Illustration depicting a rendering of two Scleromochlus tayloris on a lush forest floor.

230-million-year-old mystery fossil sheds light on origins of pterosaurs

Discovered 115 years ago, the ancient creature posed a paleontological puzzle that new X-ray scans have solved.

In this life reconstruction, two Scleromochlus taylori circle each other in the sweltering environs of what is now Scotland some 231 million years ago. New research has identified Scleromochlus as a lagerpetid, a close cousin to the ancient flying reptiles known as pterosaurs.
Rendering by Gabriel Ugueto

Since 1907, paleontologists have been flummoxed by strange fossils that formed some 231 million years ago in the ancient sand dunes of what’s now Scotland. The fossils don’t preserve any bones: just the outlines of them etched into grainy sandstone. To study these imprints, scientists once had to pour wax or plastic onto the slabs and peel off molds—techniques that revealed an oddball. The peeled materials offered hints of an eight-inch-long reptile with what looked like long hindlimbs, a short neck, bizarrely short ribs, and an oversized head.

This creature, named Scleromochlus taylori, has bounced around the reptile family tree ever since its discovery, with generations of scientists trying to pin down its identity. Researchers also have struggled to reconstruct how it lived, such as whether the creature jumped through ancient sand dunes like today’s jerboas and other hopping rodents. Now, after more than a century, Scleromochlus has been unmasked thanks to new anatomical discoveries—which could help scientists understand the evolution of pterosaurs, the flying reptiles that lived alongside the dinosaurs.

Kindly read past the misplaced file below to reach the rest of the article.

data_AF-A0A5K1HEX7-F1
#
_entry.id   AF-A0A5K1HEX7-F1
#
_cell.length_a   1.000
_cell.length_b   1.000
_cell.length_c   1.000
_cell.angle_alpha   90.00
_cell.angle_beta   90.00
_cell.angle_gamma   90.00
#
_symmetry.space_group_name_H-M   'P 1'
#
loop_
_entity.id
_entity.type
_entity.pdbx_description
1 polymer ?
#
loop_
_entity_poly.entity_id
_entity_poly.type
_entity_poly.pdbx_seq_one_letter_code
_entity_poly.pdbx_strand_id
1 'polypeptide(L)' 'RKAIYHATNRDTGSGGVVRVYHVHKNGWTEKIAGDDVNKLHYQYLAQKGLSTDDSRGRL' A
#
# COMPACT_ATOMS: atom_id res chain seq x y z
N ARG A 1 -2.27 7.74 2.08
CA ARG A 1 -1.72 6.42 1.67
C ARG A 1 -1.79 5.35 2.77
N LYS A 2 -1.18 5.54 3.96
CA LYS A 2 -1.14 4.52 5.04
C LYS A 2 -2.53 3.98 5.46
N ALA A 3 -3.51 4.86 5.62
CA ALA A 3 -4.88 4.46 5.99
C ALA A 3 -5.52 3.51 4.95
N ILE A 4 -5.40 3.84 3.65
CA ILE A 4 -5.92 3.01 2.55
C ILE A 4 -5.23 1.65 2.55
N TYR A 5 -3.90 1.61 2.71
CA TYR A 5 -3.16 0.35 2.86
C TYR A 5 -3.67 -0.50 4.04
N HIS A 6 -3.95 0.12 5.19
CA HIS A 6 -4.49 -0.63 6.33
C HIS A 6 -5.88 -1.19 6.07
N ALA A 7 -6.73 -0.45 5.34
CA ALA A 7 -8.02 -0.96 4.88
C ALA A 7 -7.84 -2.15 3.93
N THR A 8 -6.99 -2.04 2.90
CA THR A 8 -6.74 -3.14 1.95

High-resolution X-ray scans, published today in the journal Nature, reveal never-before-seen anatomical features that place Scleromochlus within a group of reptiles called the lagerpetids, which lived from roughly 240 million years ago to the end of the Triassic period about 201 million years ago. “Scleromochlus, at the time it was discovered, was just this weird and bizarre creature … so it was very difficult to understand,” says lead study author Davide Foffa, a paleontologist at Virginia Tech and the United Kingdom’s University of Birmingham who performed the research at the National Museums Scotland.

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